Micro-managing managers, policies that limit employee autonomy and critical thinking and zero attempts to expand employee knowledge through company approved training and development programs.
Do these ring a bell or resonate with your current workplace? If so, then “Houston, we have a problem.”
Demoralization, defined. By definition, to demoralize is to “undermine the confidence or morale of; dishearten.” Whenever someone is demoralized, there are negative implications like anger, resentment, lack of motivation and lack of trust. One recent – non-HR yet still scientific published in The Journal for Psychosomatics – survey even ties demoralization with psychological distress (83%) and depression (44%) in their sample population.
Demoralization in the workplace. Demoralization can happen as a result of policies that result in angry, resentful employees. While no one sets out to debase their employees on purpose, it’s very important to be mindful of the psychological effects that can result when new policies are established. For example, if there is a new policy that limits a certain benefit or restricts professional growth and autonomy in any way, it would be in your organization’s best interest to track the psychological response from these policies – through survey or brief employee interviews. Why? Because the impact of demoralizing policies can always be tied employee disengagement which results in measurable decreased levels of productivity.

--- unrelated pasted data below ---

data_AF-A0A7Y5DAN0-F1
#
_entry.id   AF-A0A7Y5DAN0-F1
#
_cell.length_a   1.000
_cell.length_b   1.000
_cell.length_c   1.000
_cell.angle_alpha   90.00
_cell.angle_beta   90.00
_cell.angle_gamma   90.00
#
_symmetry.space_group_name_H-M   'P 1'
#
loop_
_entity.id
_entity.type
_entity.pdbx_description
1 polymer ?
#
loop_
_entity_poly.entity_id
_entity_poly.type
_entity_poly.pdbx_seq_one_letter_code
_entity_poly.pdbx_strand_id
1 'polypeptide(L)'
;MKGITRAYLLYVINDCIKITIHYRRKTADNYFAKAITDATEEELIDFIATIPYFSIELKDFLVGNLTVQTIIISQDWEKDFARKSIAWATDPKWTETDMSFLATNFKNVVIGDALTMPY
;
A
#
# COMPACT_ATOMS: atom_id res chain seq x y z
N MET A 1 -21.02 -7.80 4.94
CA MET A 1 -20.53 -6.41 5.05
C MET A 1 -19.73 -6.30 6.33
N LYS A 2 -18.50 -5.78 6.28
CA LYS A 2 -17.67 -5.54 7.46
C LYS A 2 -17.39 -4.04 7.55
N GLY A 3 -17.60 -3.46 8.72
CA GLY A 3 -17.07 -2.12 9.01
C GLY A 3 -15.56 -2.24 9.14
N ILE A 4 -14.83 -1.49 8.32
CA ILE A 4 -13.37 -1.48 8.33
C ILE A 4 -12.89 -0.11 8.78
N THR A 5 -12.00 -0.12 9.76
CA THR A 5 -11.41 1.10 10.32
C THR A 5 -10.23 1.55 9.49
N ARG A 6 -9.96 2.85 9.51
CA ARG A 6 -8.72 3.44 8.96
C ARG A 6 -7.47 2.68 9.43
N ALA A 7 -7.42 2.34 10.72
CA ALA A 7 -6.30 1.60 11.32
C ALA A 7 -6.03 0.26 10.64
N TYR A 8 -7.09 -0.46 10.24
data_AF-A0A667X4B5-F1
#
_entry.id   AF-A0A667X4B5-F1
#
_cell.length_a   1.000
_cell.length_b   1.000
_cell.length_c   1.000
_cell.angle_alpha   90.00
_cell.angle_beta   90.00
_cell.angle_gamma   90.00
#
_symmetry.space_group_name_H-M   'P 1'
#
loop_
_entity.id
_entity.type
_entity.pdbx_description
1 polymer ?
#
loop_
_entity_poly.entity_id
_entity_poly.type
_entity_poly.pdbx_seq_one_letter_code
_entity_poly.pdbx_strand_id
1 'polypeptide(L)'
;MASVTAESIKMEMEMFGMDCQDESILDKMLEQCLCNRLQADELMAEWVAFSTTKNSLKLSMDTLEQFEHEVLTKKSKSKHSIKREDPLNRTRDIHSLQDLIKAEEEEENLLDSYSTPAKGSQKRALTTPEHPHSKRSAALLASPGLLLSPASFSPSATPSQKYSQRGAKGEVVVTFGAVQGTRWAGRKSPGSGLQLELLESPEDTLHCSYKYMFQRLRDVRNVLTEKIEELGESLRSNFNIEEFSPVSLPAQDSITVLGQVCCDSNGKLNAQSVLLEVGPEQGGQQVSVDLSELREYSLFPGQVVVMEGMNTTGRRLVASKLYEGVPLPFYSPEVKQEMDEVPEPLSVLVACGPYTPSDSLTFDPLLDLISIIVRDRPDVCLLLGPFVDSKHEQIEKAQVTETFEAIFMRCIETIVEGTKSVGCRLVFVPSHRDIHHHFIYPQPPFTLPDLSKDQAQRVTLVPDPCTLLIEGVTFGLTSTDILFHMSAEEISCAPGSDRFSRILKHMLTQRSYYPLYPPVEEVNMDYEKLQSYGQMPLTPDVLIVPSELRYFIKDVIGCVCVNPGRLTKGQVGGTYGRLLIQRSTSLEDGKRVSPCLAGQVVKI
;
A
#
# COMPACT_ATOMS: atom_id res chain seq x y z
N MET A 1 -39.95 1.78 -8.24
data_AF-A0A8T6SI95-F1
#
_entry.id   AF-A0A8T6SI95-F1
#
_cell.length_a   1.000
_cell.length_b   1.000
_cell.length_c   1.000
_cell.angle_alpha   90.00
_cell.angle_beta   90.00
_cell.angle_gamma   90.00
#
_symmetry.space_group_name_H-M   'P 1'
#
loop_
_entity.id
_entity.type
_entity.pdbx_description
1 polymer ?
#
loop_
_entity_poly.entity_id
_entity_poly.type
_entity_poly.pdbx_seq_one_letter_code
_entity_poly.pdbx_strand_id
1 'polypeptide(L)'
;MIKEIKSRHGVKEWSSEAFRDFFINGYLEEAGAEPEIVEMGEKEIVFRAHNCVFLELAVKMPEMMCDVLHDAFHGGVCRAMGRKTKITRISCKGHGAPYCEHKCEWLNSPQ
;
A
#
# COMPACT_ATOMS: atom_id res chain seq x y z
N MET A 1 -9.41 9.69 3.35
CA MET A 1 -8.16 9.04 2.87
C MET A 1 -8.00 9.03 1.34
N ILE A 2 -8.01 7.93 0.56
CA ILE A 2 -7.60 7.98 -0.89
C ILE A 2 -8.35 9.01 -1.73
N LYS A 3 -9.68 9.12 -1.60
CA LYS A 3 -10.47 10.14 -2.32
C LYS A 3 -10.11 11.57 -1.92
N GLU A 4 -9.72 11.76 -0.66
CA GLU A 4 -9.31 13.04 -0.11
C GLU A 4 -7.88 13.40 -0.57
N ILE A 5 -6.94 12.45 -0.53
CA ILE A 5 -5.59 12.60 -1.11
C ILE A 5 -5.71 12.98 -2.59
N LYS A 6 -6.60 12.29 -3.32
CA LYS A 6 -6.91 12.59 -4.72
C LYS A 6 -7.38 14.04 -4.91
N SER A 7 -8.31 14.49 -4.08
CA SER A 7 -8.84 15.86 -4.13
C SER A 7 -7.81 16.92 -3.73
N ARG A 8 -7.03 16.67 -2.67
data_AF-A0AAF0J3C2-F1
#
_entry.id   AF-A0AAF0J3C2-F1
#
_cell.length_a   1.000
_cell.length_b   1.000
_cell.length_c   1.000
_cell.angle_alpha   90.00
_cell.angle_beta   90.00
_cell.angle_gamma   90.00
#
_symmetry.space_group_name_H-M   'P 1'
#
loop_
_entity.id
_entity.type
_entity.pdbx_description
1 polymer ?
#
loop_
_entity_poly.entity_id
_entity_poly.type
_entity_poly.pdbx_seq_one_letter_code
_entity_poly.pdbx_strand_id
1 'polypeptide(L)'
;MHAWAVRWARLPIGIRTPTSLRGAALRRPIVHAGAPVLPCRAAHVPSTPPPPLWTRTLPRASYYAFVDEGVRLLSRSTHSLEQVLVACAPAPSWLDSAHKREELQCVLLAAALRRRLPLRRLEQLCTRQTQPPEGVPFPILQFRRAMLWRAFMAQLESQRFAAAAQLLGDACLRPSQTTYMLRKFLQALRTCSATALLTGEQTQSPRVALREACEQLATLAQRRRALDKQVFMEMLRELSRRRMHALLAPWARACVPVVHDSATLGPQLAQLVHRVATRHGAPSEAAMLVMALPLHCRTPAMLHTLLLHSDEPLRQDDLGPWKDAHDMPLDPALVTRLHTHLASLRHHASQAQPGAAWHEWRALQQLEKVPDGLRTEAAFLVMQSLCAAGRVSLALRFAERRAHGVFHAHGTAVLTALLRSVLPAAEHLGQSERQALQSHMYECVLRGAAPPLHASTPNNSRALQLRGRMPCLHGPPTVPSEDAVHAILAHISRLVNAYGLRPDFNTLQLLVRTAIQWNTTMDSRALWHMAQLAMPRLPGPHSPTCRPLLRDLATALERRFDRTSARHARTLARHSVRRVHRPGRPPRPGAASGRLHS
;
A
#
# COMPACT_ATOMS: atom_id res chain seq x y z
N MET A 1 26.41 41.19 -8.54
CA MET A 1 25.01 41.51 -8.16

Burnout or Demoralization? Which one is it? The terms burnout and demoralization may seem similar at first but they are actually very different. Burnout occurs gradually when you have simply exhausted your physical capacity to complete a job. For example, years of repetitive tasks and stagnancy can lead to burnout. Everyone needs to get away at some point and the best prescription is a sabbatical or extended vacation. If that’s not possible, perhaps cross-training in another business function to stay engaged and learning something new. However, demoralization is instantaneous and is not fixed by just “getting away.” Whenever an employee is demoralized, it can negatively impact their view of the workplace, coworkers, their job, customers, etc. The only fix for removing demoralization is to remove the source of demoralization which is oftentimes a policy that has resulted in negative emotional sentiment amongst employees.
How do you measure demoralization in the workplace? Demoralization can be measured through surveys that gauge emotional sentiment of employees in the workplace. The key, however, is to actually do something about what you find in your feedback or that can actually make the demoralization much, much worse. Employees who work in organizations that are apathetic to their emotional needs are the most demoralized. If you are not sure how to conduct a survey on employee demoralization or feel that it would be best to have a neutral third-party conduct such testing, Jumpstart:HR can provide such a test and make recommendations on how best to turn emotional sentiment around while still navigating the confines of key business objectives that cannot be disrupted.